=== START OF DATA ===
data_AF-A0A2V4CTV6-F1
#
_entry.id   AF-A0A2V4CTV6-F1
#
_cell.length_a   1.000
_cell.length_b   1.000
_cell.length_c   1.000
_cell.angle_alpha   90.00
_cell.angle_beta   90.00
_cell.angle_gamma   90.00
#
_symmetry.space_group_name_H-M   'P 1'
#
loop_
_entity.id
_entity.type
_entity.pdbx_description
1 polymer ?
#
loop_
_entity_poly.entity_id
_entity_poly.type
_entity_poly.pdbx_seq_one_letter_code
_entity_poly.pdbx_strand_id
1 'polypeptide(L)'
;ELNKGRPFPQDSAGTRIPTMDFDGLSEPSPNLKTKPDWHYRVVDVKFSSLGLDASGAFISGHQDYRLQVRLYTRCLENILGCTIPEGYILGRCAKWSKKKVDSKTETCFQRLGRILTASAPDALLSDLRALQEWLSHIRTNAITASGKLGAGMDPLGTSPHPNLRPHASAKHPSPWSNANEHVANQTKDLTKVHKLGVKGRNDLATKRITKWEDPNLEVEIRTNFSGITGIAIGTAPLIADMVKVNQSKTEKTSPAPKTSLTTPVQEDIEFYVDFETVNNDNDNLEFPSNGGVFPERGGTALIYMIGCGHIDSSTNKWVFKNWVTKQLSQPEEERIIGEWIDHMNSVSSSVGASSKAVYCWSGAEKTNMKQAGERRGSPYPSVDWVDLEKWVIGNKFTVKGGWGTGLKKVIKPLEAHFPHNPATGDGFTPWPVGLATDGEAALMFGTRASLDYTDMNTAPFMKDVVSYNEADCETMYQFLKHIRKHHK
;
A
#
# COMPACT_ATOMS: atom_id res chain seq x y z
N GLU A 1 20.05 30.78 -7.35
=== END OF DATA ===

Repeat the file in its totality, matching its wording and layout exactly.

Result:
data_AF-A0A2V4CTV6-F1
#
_entry.id   AF-A0A2V4CTV6-F1
#
_cell.length_a   1.000
_cell.length_b   1.000
_cell.length_c   1.000
_cell.angle_alpha   90.00
_cell.angle_beta   90.00
_cell.angle_gamma   90.00
#
_symmetry.space_group_name_H-M   'P 1'
#
loop_
_entity.id
_entity.type
_entity.pdbx_description
1 polymer ?
#
loop_
_entity_poly.entity_id
_entity_poly.type
_entity_poly.pdbx_seq_one_letter_code
_entity_poly.pdbx_strand_id
1 'polypeptide(L)'
;ELNKGRPFPQDSAGTRIPTMDFDGLSEPSPNLKTKPDWHYRVVDVKFSSLGLDASGAFISGHQDYRLQVRLYTRCLENILGCTIPEGYILGRCAKWSKKKVDSKTETCFQRLGRILTASAPDALLSDLRALQEWLSHIRTNAITASGKLGAGMDPLGTSPHPNLRPHASAKHPSPWSNANEHVANQTKDLTKVHKLGVKGRNDLATKRITKWEDPNLEVEIRTNFSGITGIAIGTAPLIADMVKVNQSKTEKTSPAPKTSLTTPVQEDIEFYVDFETVNNDNDNLEFPSNGGVFPERGGTALIYMIGCGHIDSSTNKWVFKNWVTKQLSQPEEERIIGEWIDHMNSVSSSVGASSKAVYCWSGAEKTNMKQAGERRGSPYPSVDWVDLEKWVIGNKFTVKGGWGTGLKKVIKPLEAHFPHNPATGDGFTPWPVGLATDGEAALMFGTRASLDYTDMNTAPFMKDVVSYNEADCETMYQFLKHIRKHHK
;
A
#
# COMPACT_ATOMS: atom_id res chain seq x y z
N GLU A 1 20.05 30.78 -7.35